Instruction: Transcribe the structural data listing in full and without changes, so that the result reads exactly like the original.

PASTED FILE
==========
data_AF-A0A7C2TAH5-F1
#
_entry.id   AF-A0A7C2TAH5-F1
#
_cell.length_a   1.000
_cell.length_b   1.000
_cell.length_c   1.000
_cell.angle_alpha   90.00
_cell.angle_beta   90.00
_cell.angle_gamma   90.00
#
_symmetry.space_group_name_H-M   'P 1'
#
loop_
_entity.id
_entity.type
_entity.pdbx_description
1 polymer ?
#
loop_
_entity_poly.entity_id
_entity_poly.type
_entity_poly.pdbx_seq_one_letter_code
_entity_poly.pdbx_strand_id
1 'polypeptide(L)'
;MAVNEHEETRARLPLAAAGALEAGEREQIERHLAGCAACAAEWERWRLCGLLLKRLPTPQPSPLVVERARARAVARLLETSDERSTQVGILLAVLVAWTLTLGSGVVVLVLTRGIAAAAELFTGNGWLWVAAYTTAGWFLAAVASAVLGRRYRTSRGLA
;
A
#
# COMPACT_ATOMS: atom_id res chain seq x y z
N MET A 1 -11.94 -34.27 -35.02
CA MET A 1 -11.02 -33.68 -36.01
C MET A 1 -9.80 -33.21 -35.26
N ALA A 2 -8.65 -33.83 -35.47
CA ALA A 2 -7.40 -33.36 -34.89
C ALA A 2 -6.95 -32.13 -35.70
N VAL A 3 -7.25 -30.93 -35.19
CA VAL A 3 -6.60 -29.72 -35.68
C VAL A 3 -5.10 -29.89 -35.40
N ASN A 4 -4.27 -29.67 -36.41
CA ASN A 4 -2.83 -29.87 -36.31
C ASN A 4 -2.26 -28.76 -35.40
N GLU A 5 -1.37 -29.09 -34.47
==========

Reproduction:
data_AF-A0A7C2TAH5-F1
#
_entry.id   AF-A0A7C2TAH5-F1
#
_cell.length_a   1.000
_cell.length_b   1.000
_cell.length_c   1.000
_cell.angle_alpha   90.00
_cell.angle_beta   90.00
_cell.angle_gamma   90.00
#
_symmetry.space_group_name_H-M   'P 1'
#
loop_
_entity.id
_entity.type
_entity.pdbx_description
1 polymer ?
#
loop_
_entity_poly.entity_id
_entity_poly.type
_entity_poly.pdbx_seq_one_letter_code
_entity_poly.pdbx_strand_id
1 'polypeptide(L)'
;MAVNEHEETRARLPLAAAGALEAGEREQIERHLAGCAACAAEWERWRLCGLLLKRLPTPQPSPLVVERARARAVARLLETSDERSTQVGILLAVLVAWTLTLGSGVVVLVLTRGIAAAAELFTGNGWLWVAAYTTAGWFLAAVASAVLGRRYRTSRGLA
;
A
#
# COMPACT_ATOMS: atom_id res chain seq x y z
N MET A 1 -11.94 -34.27 -35.02
CA MET A 1 -11.02 -33.68 -36.01
C MET A 1 -9.80 -33.21 -35.26
N ALA A 2 -8.65 -33.83 -35.47
CA ALA A 2 -7.40 -33.36 -34.89
C ALA A 2 -6.95 -32.13 -35.70
N VAL A 3 -7.25 -30.93 -35.19
CA VAL A 3 -6.60 -29.72 -35.68
C VAL A 3 -5.10 -29.89 -35.40
N ASN A 4 -4.27 -29.67 -36.41
CA ASN A 4 -2.83 -29.87 -36.31
C ASN A 4 -2.26 -28.76 -35.40
N GLU A 5 -1.37 -29.09 -34.47